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Publication Date: 
March, 1991
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Let me continue with the theme I was discussing last issue - namely, what is good science, and what is the role of a journal like our beloved PPPJ in fostering good science. Another starting point is to go back, as the philosopher, Edmund Husserl, taught, "to the things themselves." That is, we should always try to reflect upon our own personal experiences of knowledge and reality. We should study the relationship between what we claim to know (our opinions, views, attitudes, values, memories, ego tenets, etc.) and what we experience in perception. The relationship between our knowledge and our perceptions of the world is a very complex one. Our knowledge influences our perceptions and our perceptions influence our knowledge. Our knowledge can place limitations on what we can see and what we cannot. If we think a thing to be true, then sometimes we will avoid experiences that might disconfirm our view.

I remember once interviewing a woman while I was doing fieldwork among an East African pastoral people. I was asking her all sorts of boring questions about household budgets and other economic matters. Then I noticed she had picked up an old black and red typewriter ribbon I had thrown into the trash and had begun plaiting it into a rope. I was fascinated by this and only vaguely heard her answers to my routine questions. The woman eventually finished the rope and tied it around her ankle as an ornament. This led me to reflect upon how conditioned point of view can limit creativity. I never would have thought of making an ornament out of a used typewriter ribbon, would you?

The dialogue between what we think we know and how we experience the world is not only a mystery in our private lives, but it is also mysterious in the scientific enterprise. Oh, we scientists did not always realize the mystery of it all. In the heyday of "logical positivism" many scientists thought the relationship between knowledge and experience was no problem at all. The business of science was conceived to be the collection of facts and the evaluation of the truth of theories in relation to facts. And facts were almost palpable things. You could stack them up like poker ships and weigh them against claims made about the nature of the world. But that was before some upstarts like Thomas Kuhn and Paul Feyerabend got into the act and showed that our theories have a determinant influence upon facts. How we think about the world has a lot to do with how we experience the world; where we look, what we see, what instruments we use to augment our seeing, how we interpret what we see, etc.

Still, no one in science-indeed, none of us in our lives - would advocate holding with our views and to hell with experience. That would be the scientific version of psychosis. We would all want to say that there is some relationship between what we think about the world and the way the world actually is. We know from our daily experience that we learn from our direct experiences of the world. Moreover, we know we can be persuaded by new experiences to change our minds about things, even about views previously held to be personally important. But what is the relationship between the views and the contravening experiences? This is the fundamental epistemological question that keeps philosophers of science arguing late into the night.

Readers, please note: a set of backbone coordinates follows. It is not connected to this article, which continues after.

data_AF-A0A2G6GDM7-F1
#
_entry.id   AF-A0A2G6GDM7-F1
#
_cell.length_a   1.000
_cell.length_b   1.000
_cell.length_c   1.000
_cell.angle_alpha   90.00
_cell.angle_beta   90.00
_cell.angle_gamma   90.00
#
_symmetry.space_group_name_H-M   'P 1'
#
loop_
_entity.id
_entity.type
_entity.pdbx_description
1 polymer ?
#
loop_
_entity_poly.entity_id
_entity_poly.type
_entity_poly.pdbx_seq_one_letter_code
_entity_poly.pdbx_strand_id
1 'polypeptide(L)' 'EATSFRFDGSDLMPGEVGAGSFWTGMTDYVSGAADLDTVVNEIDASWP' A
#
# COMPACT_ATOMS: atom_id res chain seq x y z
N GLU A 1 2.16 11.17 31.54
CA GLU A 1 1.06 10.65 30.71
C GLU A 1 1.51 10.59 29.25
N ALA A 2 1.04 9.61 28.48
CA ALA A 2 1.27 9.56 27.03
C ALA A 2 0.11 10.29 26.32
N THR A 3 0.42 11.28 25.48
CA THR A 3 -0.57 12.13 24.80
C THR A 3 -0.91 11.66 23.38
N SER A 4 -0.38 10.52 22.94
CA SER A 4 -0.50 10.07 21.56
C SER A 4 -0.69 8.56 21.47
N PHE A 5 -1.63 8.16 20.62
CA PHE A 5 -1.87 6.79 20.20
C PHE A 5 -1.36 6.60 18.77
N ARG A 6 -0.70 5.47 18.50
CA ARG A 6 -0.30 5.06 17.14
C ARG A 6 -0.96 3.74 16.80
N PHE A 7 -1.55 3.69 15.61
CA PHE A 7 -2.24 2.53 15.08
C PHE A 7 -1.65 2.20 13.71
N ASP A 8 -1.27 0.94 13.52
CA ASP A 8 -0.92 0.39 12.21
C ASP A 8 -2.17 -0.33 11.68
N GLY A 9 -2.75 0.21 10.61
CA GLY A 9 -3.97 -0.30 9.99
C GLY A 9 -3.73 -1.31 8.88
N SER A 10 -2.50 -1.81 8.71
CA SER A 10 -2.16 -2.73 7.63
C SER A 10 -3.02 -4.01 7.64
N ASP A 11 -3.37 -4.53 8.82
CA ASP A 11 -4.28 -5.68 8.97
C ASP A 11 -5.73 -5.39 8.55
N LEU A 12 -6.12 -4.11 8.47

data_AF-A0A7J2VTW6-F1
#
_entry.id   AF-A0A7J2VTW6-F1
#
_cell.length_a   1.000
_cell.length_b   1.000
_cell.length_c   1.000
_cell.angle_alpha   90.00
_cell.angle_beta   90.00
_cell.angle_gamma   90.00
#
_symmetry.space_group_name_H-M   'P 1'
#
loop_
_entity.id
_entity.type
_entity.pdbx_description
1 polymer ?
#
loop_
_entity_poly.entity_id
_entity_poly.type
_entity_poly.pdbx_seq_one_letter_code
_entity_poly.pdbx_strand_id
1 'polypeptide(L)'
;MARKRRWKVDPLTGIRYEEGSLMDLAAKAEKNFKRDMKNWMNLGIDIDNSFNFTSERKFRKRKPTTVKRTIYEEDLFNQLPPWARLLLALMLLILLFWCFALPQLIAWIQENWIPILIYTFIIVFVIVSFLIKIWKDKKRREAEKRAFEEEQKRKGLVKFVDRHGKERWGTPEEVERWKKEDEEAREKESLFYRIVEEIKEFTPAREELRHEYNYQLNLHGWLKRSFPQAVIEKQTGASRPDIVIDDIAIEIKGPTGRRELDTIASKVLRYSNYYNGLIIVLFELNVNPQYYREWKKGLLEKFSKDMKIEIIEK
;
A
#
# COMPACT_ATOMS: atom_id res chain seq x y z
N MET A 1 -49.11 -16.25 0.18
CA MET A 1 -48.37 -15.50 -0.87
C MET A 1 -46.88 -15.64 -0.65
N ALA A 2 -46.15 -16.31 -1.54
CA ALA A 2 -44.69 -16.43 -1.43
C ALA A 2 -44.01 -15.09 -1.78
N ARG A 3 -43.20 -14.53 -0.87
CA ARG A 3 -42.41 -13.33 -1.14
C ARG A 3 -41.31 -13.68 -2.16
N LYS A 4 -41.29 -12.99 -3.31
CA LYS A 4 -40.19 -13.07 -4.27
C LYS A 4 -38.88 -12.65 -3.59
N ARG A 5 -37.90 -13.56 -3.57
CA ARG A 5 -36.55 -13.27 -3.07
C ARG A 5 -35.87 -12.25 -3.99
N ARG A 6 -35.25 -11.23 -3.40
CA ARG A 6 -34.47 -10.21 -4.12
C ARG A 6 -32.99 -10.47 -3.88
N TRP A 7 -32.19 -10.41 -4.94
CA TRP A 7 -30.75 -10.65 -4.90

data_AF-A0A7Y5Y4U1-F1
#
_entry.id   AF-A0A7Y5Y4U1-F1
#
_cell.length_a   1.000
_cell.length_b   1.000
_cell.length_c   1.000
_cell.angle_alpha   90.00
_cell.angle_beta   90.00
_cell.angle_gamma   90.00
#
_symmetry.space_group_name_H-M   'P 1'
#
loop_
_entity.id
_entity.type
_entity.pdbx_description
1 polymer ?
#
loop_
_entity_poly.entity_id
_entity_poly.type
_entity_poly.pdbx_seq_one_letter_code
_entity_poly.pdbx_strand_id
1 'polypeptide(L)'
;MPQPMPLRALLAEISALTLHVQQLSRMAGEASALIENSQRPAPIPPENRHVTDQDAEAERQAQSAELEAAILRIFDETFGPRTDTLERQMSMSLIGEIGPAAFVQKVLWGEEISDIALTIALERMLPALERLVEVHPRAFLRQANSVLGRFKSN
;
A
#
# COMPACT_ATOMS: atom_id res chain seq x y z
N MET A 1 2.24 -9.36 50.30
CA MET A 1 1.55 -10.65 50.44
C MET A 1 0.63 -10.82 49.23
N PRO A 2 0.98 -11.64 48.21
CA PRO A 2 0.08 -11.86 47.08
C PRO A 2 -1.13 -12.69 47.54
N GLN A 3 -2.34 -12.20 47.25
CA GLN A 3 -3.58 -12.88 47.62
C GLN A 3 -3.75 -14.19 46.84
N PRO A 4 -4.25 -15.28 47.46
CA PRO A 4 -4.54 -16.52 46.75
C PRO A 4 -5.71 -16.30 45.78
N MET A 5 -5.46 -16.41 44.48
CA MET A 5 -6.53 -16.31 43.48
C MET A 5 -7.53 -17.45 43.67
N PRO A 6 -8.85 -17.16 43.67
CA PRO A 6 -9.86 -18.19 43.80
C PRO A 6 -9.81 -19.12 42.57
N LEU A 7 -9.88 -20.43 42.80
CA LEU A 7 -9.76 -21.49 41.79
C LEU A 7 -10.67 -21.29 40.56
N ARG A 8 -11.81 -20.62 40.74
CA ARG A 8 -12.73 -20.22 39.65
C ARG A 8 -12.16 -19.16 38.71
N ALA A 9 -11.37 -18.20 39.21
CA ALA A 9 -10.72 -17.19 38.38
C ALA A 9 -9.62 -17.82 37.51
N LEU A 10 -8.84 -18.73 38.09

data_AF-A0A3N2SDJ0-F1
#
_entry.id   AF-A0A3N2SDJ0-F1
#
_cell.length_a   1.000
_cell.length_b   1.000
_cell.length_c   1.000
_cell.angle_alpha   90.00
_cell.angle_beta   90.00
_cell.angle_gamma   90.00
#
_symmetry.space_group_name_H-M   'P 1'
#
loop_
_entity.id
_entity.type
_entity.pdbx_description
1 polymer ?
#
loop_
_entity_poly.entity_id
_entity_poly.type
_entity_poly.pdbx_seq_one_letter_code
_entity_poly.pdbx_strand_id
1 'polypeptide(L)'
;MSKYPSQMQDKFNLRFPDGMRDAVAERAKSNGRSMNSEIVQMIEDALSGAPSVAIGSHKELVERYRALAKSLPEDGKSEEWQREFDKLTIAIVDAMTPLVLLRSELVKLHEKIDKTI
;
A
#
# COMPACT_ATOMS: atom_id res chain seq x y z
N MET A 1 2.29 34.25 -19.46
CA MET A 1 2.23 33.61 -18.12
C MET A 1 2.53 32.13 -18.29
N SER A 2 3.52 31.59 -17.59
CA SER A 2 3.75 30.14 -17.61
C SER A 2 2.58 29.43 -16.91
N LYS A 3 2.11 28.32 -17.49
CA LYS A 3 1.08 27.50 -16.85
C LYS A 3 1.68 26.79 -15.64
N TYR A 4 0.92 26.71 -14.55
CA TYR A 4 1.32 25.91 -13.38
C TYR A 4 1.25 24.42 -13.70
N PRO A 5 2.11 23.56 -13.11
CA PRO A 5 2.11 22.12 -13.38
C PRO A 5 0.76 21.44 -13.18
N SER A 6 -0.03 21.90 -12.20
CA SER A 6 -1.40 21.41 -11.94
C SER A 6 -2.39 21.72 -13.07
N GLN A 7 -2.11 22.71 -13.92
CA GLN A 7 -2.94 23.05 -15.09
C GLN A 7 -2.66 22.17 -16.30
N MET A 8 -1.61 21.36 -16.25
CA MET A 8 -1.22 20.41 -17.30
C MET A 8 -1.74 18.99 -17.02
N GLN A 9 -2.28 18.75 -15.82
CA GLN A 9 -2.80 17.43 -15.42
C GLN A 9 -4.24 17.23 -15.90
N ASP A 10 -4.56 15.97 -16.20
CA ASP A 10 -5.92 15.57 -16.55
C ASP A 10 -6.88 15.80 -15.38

Admitting that this relationship is a great mystery leaves me very cautious about claims to knowledge. My twenty years of experience in science has made me especially suspicious of both formulaic solutions to this fundamental mystery, and knowledge over-jealously touted as truth. Also, this caution biases me in favor of: (1) a thorough grounding of knowledge in direct experience of the world, and (2) taking into consideration the widest possible field of research and data. PPPJ has been wedded to this breadth of perspective all along. case in point: consider the methods represented by the selections in this issue of PPPJ that range from empirically grounded theoretical speculation, through symbolic interpretation, statistical analysis of cultural change, longitudinal biochemical and behavioral analysis in animal research, to clinical observation.

With the first article we begin a new policy for the journal. Following a suggestion made by David Chamberlain, PPPJ will begin to occasionally reprint some of the Golden Oldies of pre- and perinatal psychology. These will be classical articles that have been significantly influential in our field, but that were originally published in sources outside the normal literature of most of our subscribers. The present offering is one by Dr. A.W. Liley of the University of Auckland which was published in 1972 in the Australian and New Zealand Journal of Psychiatry, and in which Prof. Liley speculates about the personality of the human fetus. That is followed by an article in which Dr. Ludwig Janus of Germany provides an interpretation of womb and birth symbolism found in shamanism, fairy tales and the like. Then, Dr. Beverly Chalmers of South Africa discusses changes in childbirth customs among the Pedi society who live in her country. And Dr. Carol Kellogg presents evidence from experimental research among rats for the longterm effects of diazepam (Valium) ingested in utero. Finally, Drs. Frank Hatch and Lenny Maietta discuss clinical evidence for the importance of kinesthesia for mother-infant bonding.

Charles Laughlin


Carleton University

Ottawa, Canada